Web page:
A Pilot Study
classroom experiences with pair programming tend to involve upper-division students [Wells2001; Williams+2000A]. Is pair programming a reasonable practice for students in lower-division courses? This author
a pilot study to assess the feasibility of using pair programming in a data structures course.
During the summer
of 2001, the data structures course had a small enrollment that was very representative of the diversity of students who normally take the course—representative in terms of age, gender,
, family obligations, job schedules, majors and minors, and grade point averages. The first day of the semester, the students were asked to read two articles on pair programming [Williams+2000A; Williams+2000C] and were told that pair programming was to be used for all programming assignments during the semester. The students were then required to write a few sentences that described their initial
of pair programming. As was the case with the students in software engineering, the students were
a few concerns about scheduling, personality
, and work habits.
Because this course lacked a separate laboratory component, some regular class periods were converted to closed laboratory sessions. The initial stages of each programming assignment were completed in the laboratory sessions. The instructor (this author)
the students' application of pair programming and made suggestions for improvement. After a few laboratory sessions, the
were allowed to complete the assignments on their own time, but they were still expected to practice pair programming.
The students completed two questionnaires about their experience with pair programming—one after the first assignment and one at the end of the semester. As one would expect, their perceptions changed.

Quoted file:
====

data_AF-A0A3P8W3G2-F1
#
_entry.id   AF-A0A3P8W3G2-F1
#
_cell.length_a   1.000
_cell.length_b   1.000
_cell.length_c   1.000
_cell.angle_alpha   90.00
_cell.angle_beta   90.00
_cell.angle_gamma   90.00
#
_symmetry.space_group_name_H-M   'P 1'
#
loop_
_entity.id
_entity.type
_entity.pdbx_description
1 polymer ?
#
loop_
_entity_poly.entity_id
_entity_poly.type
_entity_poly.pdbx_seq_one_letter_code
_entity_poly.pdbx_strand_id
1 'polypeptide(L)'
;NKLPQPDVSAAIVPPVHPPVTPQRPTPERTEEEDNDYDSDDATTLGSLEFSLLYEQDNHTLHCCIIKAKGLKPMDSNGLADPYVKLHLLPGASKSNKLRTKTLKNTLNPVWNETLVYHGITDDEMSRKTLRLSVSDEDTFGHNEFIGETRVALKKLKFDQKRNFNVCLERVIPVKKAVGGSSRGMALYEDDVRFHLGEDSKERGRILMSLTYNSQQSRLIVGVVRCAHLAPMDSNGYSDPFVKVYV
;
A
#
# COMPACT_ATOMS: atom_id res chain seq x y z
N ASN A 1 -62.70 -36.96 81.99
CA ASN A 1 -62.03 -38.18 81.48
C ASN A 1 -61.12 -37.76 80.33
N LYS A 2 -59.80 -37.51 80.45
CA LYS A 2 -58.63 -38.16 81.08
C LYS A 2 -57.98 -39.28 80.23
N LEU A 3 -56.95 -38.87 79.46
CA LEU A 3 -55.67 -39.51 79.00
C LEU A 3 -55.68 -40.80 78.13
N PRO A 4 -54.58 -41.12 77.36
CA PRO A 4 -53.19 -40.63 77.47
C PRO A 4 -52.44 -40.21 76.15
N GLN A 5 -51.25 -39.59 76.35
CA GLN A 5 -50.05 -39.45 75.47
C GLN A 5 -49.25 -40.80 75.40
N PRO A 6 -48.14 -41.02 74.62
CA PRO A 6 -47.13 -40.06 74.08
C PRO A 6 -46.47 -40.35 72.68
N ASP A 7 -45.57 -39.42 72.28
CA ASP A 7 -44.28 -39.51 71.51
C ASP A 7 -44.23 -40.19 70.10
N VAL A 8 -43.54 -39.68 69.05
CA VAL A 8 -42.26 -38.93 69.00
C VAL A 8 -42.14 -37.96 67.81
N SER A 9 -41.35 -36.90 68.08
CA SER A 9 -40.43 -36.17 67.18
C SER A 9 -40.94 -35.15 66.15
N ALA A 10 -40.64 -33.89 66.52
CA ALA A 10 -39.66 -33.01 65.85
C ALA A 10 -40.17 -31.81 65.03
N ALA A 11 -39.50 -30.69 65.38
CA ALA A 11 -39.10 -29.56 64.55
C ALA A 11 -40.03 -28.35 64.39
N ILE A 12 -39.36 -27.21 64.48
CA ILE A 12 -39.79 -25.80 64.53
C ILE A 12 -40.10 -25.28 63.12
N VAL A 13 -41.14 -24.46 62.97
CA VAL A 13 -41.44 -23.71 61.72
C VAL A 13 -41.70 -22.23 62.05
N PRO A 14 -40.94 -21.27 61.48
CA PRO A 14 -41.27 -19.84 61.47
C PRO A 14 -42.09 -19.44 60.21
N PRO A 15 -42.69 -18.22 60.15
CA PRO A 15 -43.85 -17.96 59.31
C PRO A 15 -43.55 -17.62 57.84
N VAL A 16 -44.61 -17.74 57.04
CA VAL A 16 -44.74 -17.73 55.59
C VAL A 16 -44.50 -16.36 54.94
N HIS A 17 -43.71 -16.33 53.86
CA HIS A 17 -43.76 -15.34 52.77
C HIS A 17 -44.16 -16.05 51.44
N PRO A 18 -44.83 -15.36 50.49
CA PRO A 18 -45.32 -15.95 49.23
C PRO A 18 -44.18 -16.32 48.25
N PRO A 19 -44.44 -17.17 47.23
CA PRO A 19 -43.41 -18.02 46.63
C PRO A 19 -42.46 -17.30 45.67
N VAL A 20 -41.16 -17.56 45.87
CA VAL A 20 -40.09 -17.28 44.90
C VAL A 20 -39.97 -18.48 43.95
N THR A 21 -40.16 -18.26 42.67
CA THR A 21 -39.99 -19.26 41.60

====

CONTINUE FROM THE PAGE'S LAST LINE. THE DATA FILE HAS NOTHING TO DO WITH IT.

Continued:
Initially, communication difficulties and schedule conflicts were seen as the major difficulties. By the end of the semester, most of the communications difficulties had been resolved, but finding time to meet and work outside of class was still a problem. As the semester progressed, a new difficulty arose in pairs of significantly differing
. The stronger student in each of these pairs grew frustrated with having to explain everything to the weaker student.
When asked to describe the positive benefits of pair programming, the results were consistent with those reported in the literature [Williams+2000C]. Most students reported improved relations with their partner, more efficient defect
, and apparently
development times as the primary benefits.
Finally, the students were asked whether pair programming was
for use in the data structures course during the regular semester. Early in the summer, the unanimous answer was "yes," but the early
waned. The majority believed that pair programming was a
practice but that it should be delayed until a later course. They strongly recommended that the pairs be of
equal ability and that all pair programming activities occur in laboratory sessions.